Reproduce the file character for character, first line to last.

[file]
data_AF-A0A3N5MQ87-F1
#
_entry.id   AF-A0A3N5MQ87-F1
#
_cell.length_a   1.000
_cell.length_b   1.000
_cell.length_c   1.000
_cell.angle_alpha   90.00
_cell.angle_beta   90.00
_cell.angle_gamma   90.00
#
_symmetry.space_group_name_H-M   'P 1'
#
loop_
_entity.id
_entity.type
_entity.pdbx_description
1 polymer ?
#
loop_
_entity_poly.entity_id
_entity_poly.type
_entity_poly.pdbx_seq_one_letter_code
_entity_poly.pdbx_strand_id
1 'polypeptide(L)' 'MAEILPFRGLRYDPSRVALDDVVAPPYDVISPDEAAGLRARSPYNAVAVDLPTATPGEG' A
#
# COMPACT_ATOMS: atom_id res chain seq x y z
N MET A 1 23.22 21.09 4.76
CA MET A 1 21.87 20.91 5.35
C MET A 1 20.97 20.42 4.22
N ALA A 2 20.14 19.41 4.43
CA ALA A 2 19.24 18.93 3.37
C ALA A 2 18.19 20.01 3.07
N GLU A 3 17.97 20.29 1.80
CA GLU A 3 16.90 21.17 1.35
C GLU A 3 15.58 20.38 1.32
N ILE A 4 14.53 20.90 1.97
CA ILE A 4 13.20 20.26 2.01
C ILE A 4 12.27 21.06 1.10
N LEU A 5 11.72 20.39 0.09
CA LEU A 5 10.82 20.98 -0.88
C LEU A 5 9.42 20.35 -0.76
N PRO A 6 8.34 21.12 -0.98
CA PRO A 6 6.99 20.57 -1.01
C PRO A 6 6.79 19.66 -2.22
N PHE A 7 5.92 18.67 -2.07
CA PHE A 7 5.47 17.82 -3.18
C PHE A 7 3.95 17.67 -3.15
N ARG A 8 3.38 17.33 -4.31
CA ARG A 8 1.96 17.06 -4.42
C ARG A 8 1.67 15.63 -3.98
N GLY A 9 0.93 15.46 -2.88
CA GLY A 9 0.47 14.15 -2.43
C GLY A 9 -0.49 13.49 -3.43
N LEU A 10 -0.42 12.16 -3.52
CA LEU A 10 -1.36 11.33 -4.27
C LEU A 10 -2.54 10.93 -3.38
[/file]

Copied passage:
data_AF-A0A3N5MQ87-F1
#
_entry.id   AF-A0A3N5MQ87-F1
#
_cell.length_a   1.000
_cell.length_b   1.000
_cell.length_c   1.000
_cell.angle_alpha   90.00
_cell.angle_beta   90.00
_cell.angle_gamma   90.00
#
_symmetry.space_group_name_H-M   'P 1'
#
loop_
_entity.id
_entity.type
_entity.pdbx_description
1 polymer ?
#
loop_
_entity_poly.entity_id
_entity_poly.type
_entity_poly.pdbx_seq_one_letter_code
_entity_poly.pdbx_strand_id
1 'polypeptide(L)' 'MAEILPFRGLRYDPSRVALDDVVAPPYDVISPDEAAGLRARSPYNAVAVDLPTATPGEG' A
#
# COMPACT_ATOMS: atom_id res chain seq x y z
N MET A 1 23.22 21.09 4.76
CA MET A 1 21.87 20.91 5.35
C MET A 1 20.97 20.42 4.22
N ALA A 2 20.14 19.41 4.43
CA ALA A 2 19.24 18.93 3.37
C ALA A 2 18.19 20.01 3.07
N GLU A 3 17.97 20.29 1.80
CA GLU A 3 16.90 21.17 1.35
C GLU A 3 15.58 20.38 1.32
N ILE A 4 14.53 20.90 1.97
CA ILE A 4 13.20 20.26 2.01
C ILE A 4 12.27 21.06 1.10
N LEU A 5 11.72 20.39 0.09
CA LEU A 5 10.82 20.98 -0.88
C LEU A 5 9.42 20.35 -0.76
N PRO A 6 8.34 21.12 -0.98
CA PRO A 6 6.99 20.57 -1.01
C PRO A 6 6.79 19.66 -2.22
N PHE A 7 5.92 18.67 -2.07
CA PHE A 7 5.47 17.82 -3.18
C PHE A 7 3.95 17.67 -3.15
N ARG A 8 3.38 17.33 -4.31
CA ARG A 8 1.96 17.06 -4.42
C ARG A 8 1.67 15.63 -3.98
N GLY A 9 0.93 15.46 -2.88
CA GLY A 9 0.47 14.15 -2.43
C GLY A 9 -0.49 13.49 -3.43
N LEU A 10 -0.42 12.16 -3.52
CA LEU A 10 -1.36 11.33 -4.27
C LEU A 10 -2.54 10.93 -3.38